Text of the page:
Debate grows in Sweden over increased crime rates, willfull ignorance on the part of officials in dealing with the influx of migrants, and the rise of terrorism. The prime minister of Sweden recently had to admit that Sweden has been naive about terrorism, for example, emanating from the Islamic State.
For example, threats of terrorism caused the Jewish community of Sweden to close synagogues throughout the country on the eve of the Jewish Sabbath. Lena Posner- Körösi – who chairs the Official Council of Jewish Communities in Sweden – said on November 20 that authorities will reassess the threat level daily. On November 18, police said they were searching for a male suspected wanted for "planning a terrorist act.” According to the country’s head of domestic intelligence and counter-terrorism, Anders Thornberg, there is an arrest warrant for the man. Thornberg said "The man is being actively searched for," but could not confirm whether or not the suspect is an Iraqi who had fought in Syria.
On November 19, Swedish Prime Minister Stefan Löfven admitted Sweden has been “naive” about Islamic State (ISIS) terror. He added that Sweden would be stepping up security measures.
A warrant was issued because of the suspect’s activities in Sweden. No connection to the deadly terrorist attack of November 13 have been announced. Hundreds died in Paris in that incident, and 129 died. Along with Denmark, Sweden has raised the terror threat level to “high”: the second-highest level on a five-point scale.
National Center for Terrorist Threat Assessment director Mats Sandberg told the press that the Islamic State – which carried out the attacks in Paris – also "considers Sweden a legitimate target."
The national coordinator for protecting democracy against violent extremism, Mona Sahlin, "We need to do more both on the repressive side, we have laws that are not enough and the government is well aware of that. And there are parts of Swedish society who don't consider that jihadism is a problem here. So we need to do more."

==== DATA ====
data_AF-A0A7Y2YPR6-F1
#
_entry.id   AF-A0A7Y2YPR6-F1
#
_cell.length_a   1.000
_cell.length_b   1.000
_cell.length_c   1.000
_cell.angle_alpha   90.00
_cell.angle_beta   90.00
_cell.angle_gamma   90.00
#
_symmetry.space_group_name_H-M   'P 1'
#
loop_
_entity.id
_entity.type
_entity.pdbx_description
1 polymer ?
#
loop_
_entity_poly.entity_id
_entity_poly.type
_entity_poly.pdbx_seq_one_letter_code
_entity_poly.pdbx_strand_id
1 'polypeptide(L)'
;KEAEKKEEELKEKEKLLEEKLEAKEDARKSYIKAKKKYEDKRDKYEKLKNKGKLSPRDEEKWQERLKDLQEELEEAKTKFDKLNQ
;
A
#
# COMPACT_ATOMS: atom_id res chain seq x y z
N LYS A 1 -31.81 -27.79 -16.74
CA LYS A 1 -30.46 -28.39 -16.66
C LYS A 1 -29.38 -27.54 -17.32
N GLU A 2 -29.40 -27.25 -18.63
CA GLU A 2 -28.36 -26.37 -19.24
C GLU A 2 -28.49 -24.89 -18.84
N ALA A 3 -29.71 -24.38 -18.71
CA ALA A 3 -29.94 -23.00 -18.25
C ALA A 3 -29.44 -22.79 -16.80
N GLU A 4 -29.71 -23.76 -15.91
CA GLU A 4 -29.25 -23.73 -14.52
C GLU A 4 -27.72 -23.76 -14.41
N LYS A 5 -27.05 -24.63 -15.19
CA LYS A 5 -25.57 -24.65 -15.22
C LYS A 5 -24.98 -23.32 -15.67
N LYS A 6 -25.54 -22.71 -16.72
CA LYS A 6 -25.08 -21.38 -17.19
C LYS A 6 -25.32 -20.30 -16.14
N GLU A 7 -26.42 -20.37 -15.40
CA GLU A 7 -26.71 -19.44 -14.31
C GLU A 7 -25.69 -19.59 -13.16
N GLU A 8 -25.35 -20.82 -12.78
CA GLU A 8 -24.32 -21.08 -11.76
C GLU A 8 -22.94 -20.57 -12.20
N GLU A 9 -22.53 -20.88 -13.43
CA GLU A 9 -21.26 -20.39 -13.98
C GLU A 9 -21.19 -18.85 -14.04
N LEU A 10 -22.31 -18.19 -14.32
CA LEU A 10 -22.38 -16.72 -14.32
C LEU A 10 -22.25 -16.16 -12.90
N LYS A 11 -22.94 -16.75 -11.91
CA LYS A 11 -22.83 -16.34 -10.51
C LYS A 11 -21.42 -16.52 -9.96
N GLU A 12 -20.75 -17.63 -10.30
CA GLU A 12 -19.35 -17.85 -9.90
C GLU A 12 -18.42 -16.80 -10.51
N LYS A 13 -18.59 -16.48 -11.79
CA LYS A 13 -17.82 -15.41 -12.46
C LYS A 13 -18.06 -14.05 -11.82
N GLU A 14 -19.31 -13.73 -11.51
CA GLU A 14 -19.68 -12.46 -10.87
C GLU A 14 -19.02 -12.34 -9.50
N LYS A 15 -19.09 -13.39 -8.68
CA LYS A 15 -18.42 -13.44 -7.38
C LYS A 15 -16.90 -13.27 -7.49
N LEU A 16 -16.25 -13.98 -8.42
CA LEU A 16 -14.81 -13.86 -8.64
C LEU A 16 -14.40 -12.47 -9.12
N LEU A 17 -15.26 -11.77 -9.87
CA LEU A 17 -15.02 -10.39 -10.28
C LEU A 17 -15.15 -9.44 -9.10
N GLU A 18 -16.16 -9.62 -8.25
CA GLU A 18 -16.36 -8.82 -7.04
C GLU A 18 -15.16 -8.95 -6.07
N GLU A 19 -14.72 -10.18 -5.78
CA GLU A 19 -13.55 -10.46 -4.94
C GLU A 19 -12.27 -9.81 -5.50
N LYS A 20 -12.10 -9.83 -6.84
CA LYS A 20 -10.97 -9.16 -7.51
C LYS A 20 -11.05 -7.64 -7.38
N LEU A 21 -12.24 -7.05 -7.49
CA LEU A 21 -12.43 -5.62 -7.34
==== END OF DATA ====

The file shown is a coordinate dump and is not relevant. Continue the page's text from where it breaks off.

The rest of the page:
The threat to Jews in Sweden is consonant with the rise of anti-Semitism throughout Europe, the influx of migrants, and to a rise in violent crime. For example, Swedish public radio apologized earlier this year when a host asked the Israeli ambassador whether it is Jews themselves who are responsible for anti-Semitism. The question came in the wake of the shooting of a Jewish man in Denmark. In October, at a large demonstration against Israel, there were raucous calls to "slaughter the Jews" and chants praising the stabbing of innocent Israelis.
Since 1975, when Sweden liberalized its strict immigration policy, the rate of violent crime has increased by 300 percent and rape has increased by 1,472 percent. Sweden now holds the distinction of being number two on the list of countries where rape is prominent. First place is held by Lesotho, in southern Africa. In 1975, 421 rapes were reported to the police in Sweden. In 2014, it was 6,620. A 2010 survey showed that Sweden has a rape rate of 53.2 rapes per 100,000 inhabitants, whereas rate for Lesotho is 91.6 rapes per 100,000 inhabitants.